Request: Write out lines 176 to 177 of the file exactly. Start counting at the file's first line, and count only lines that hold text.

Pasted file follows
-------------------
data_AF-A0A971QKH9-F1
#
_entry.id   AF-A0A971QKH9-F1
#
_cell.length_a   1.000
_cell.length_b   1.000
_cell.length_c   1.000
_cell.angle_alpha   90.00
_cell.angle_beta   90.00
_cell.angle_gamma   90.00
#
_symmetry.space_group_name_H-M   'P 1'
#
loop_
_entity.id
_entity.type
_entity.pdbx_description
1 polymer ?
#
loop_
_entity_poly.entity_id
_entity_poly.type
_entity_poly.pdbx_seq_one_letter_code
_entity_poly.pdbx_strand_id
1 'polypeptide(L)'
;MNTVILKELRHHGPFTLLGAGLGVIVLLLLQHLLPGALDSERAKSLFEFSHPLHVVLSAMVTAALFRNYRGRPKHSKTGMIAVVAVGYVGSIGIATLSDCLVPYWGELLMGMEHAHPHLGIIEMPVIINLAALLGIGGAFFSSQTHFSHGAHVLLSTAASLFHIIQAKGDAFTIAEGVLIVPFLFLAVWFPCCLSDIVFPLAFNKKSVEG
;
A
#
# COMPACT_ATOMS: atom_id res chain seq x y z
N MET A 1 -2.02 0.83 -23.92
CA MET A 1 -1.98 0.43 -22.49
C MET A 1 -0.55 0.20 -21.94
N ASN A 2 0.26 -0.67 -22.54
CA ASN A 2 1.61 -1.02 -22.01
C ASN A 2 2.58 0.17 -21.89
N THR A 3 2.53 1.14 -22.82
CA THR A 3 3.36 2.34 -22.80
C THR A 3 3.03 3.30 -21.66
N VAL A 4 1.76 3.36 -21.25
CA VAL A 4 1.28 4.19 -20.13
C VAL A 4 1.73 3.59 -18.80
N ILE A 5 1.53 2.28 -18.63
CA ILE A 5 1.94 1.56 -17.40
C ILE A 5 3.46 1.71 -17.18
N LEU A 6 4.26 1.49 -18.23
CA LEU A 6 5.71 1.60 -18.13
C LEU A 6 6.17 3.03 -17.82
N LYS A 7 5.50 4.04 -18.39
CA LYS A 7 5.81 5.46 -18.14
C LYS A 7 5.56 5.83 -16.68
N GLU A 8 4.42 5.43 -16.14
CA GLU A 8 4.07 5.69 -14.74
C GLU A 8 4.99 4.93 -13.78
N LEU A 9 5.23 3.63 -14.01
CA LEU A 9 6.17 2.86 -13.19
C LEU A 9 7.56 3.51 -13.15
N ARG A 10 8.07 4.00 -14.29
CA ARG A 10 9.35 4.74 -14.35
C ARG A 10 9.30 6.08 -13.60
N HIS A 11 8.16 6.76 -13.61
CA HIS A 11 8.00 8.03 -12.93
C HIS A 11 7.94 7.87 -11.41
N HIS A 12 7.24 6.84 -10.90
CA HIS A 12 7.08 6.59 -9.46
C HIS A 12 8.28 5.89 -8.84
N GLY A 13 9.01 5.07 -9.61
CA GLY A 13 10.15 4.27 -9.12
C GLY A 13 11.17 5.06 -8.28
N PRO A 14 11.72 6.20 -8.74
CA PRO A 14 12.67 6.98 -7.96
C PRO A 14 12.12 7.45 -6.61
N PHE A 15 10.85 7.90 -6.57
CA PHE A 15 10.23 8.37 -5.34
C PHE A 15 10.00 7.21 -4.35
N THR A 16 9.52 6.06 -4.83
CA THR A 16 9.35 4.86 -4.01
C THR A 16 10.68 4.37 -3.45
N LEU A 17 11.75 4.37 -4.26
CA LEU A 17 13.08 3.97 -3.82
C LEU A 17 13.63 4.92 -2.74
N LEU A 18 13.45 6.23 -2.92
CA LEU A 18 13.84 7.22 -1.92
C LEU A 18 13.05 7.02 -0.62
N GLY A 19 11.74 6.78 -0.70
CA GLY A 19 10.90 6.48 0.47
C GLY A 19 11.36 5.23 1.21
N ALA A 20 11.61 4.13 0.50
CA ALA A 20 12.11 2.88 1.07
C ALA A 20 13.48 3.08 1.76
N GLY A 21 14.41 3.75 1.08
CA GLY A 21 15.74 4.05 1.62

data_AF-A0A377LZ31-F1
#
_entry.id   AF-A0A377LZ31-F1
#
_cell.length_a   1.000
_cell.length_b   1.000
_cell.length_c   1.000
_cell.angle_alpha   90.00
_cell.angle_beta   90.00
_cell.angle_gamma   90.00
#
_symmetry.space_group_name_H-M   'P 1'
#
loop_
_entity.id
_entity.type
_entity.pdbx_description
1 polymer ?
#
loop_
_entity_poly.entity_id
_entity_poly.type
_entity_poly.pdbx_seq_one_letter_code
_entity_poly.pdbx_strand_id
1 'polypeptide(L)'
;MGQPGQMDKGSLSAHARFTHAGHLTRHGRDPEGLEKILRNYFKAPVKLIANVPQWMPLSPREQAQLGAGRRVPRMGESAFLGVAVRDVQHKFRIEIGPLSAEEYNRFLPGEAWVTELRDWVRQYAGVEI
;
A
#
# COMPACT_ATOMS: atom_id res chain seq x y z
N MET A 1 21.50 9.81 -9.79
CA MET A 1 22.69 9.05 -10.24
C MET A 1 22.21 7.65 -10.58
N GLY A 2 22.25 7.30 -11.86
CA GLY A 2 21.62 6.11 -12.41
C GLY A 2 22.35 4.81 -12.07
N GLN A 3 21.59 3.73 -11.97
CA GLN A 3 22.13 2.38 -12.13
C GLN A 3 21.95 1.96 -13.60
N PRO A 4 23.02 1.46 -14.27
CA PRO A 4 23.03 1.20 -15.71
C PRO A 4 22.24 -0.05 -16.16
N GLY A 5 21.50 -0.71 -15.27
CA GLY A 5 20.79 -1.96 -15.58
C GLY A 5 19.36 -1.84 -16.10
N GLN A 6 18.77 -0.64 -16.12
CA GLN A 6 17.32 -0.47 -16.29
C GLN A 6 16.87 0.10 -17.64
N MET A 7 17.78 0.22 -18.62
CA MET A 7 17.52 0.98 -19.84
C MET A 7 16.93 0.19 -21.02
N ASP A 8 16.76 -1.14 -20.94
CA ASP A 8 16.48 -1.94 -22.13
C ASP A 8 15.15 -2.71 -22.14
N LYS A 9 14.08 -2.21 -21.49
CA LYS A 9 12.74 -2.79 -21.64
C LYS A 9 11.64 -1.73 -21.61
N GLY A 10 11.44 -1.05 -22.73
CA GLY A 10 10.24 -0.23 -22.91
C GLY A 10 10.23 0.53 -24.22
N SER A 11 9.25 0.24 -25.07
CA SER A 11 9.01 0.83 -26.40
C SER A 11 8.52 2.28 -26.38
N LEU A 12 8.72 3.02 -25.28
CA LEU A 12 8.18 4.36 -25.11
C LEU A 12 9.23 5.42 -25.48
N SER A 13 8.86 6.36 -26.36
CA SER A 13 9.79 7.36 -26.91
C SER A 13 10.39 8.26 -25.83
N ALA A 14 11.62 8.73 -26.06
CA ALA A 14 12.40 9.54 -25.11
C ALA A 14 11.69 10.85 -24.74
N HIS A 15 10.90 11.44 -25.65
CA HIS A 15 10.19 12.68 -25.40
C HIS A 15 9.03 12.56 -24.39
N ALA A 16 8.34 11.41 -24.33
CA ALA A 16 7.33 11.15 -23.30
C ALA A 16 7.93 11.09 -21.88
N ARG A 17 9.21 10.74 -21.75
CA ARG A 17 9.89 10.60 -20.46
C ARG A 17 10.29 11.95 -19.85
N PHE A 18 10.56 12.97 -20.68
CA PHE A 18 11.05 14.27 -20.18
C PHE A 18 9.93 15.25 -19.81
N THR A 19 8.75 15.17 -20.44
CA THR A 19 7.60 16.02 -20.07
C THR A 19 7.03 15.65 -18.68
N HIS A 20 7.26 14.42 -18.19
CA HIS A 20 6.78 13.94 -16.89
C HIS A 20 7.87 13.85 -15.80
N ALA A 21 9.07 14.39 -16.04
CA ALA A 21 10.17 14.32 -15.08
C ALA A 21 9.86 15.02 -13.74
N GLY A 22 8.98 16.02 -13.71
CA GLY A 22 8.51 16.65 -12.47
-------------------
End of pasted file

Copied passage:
C PHE A 18 9.93 15.25 -19.81
N THR A 19 8.75 15.17 -20.44